Can My Employer Do That?
Employment law is a broad term that encompasses a lot. Just like all other areas of law, there are different categories within each law. These laws represent different situations that can present themselves throughout your career or with your employer. These are common areas you will find in Tenessee employment law and what they entail.
The minimum wage in each state differs due to the state’s cost of living. There are five states out of 5o that do not have a specific state minimum wage. As a result, they adopt the federal minimum wage, which is $7.25. Those five states include Tenessee, Alabama, Mississippi, Louisiana, and South Carolina. Also, Tenessee does not have an overtime law, so federal rules apply here as well. It is unsure at this time if Tenessee will adopt our own minimum wage. The federal wage has yet to increase as well. The last time the minimum wage was raised was on July 24, 2009. It has been over a decade since we’ve seen an increase. If you are working and not receiving minimum wage, contact a lawyer immediately.
Employment discrimination is when an employer displays discriminatory practices concerning race, sex, sexual orientation, religion, national origin, physical disability, and or age. If your employer is biased in hiring, promoting, assignments, termination, compensation, or retaliation, it is considered discrimination. In the state of Tenessee, it is illegal for an employer to also discriminate based on physical, mental, or visual disability. This falls under the Tenessee Disability Act. If you are a victim of discrimination, you can file a claim with the state.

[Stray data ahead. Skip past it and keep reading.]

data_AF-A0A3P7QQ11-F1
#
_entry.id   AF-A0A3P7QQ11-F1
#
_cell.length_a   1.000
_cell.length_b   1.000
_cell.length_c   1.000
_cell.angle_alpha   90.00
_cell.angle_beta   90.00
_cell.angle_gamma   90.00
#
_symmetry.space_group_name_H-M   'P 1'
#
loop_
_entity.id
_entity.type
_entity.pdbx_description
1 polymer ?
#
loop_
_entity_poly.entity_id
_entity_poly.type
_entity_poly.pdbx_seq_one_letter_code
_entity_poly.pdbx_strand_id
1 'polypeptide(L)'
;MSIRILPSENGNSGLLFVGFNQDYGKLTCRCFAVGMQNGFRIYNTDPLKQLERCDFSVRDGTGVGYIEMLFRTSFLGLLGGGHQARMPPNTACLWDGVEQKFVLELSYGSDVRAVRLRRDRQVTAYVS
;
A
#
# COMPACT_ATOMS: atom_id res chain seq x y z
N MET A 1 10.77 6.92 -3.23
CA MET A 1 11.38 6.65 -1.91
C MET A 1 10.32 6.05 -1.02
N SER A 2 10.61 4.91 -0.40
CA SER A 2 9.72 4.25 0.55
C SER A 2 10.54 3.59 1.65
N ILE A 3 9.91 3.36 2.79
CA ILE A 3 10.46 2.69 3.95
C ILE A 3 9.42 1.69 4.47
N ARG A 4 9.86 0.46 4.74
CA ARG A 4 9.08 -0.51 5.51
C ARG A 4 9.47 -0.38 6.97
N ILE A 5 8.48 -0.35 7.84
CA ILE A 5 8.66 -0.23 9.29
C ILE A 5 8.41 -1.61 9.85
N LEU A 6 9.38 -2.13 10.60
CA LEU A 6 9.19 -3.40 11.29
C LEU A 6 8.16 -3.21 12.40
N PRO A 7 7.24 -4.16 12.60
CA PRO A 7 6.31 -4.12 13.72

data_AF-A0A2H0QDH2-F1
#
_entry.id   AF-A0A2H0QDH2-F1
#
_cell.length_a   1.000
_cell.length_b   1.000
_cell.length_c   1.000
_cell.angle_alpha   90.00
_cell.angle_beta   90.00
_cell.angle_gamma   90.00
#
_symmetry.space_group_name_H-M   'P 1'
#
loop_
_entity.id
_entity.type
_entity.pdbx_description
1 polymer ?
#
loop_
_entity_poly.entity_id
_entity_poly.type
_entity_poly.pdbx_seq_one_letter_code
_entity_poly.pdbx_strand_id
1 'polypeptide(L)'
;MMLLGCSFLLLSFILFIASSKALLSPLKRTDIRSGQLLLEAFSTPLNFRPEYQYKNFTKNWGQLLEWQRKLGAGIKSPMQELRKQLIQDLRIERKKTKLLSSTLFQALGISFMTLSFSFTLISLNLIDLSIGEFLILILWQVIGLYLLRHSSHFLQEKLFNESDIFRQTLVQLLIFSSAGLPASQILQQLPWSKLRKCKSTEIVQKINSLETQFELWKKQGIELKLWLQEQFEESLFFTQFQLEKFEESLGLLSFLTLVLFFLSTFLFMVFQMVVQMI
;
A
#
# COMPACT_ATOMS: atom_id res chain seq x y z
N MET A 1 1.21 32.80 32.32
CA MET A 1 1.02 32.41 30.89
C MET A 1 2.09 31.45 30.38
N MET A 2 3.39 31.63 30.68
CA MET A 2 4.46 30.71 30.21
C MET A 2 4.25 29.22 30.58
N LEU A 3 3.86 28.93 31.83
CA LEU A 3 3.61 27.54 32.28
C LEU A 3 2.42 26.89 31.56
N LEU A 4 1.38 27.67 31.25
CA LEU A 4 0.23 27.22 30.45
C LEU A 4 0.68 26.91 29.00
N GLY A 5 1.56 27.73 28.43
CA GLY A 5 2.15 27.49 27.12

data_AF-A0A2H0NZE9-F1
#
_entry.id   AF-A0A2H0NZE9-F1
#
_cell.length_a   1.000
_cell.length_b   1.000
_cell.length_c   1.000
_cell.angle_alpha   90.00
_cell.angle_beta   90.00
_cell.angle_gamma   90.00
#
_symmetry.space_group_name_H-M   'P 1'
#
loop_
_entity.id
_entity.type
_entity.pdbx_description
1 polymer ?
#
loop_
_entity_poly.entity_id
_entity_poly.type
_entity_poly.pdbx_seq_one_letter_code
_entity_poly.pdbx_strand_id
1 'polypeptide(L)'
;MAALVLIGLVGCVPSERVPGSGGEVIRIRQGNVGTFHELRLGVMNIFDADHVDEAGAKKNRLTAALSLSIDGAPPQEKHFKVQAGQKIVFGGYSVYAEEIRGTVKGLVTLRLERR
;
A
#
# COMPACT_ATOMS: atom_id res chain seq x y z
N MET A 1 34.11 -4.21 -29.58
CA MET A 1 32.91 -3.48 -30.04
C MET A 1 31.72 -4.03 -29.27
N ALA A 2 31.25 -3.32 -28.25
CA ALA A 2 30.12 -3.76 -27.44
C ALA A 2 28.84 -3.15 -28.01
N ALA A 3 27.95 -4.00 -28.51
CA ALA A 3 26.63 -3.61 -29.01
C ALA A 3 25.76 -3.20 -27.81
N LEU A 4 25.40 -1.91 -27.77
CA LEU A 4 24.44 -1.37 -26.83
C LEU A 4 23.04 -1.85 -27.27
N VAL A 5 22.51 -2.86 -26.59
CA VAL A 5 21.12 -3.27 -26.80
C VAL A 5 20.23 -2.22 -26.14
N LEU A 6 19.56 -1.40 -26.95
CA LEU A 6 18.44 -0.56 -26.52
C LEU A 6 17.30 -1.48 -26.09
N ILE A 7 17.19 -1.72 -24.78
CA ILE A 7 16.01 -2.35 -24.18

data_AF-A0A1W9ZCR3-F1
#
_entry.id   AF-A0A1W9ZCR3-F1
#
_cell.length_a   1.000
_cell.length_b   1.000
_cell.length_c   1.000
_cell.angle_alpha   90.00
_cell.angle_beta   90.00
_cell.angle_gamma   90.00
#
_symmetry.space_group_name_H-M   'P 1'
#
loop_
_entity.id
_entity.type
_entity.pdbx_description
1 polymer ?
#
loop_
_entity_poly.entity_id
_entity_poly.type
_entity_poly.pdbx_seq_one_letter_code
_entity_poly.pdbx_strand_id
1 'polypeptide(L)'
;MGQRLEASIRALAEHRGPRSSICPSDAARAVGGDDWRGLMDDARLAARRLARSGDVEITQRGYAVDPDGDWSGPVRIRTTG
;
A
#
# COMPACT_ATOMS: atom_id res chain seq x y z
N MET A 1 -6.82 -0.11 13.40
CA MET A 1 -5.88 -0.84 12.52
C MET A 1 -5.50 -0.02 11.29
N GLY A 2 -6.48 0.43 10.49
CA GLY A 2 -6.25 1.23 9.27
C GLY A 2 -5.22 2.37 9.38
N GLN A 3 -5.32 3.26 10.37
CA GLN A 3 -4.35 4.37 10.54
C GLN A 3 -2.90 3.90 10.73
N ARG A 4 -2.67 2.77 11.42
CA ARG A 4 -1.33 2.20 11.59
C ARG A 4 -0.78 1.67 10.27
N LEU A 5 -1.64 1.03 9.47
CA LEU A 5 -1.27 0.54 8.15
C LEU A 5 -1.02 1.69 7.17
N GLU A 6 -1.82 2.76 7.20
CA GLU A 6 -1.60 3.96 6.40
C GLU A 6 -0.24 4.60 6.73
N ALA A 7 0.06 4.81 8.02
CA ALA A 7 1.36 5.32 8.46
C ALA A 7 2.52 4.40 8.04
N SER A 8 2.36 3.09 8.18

Every employer should have unemployment insurance. The purpose of this insurance is to provide works monetary payments for a given period of time if they lose their job at no fault of their own. The payment period can also extend until the person finds a new job. Different requirements are asked of each person who is receiving or applying for unemployment in each state. For example, claimants who are out of work and do not have a job to return to must complete weekly job searches. Self-employed claimants should continue taking proactive steps to reopen their business. Anyone who was furloughed but expected to return to work does not have to complete weekly job searches. Union works that are employed through their union hall also do not have to complete weekly job searches.
These are just a few of the branches that fall within employment law in Tenessee. If you find yourself out of a job or need assistance because of your job, an attorney can help! At Slaughter Law, we have provided clients legal assistance for over 21 years. We cover different areas of law, including employment, criminal, and more. Please find more information online here or call us at (423) 844-0560 today!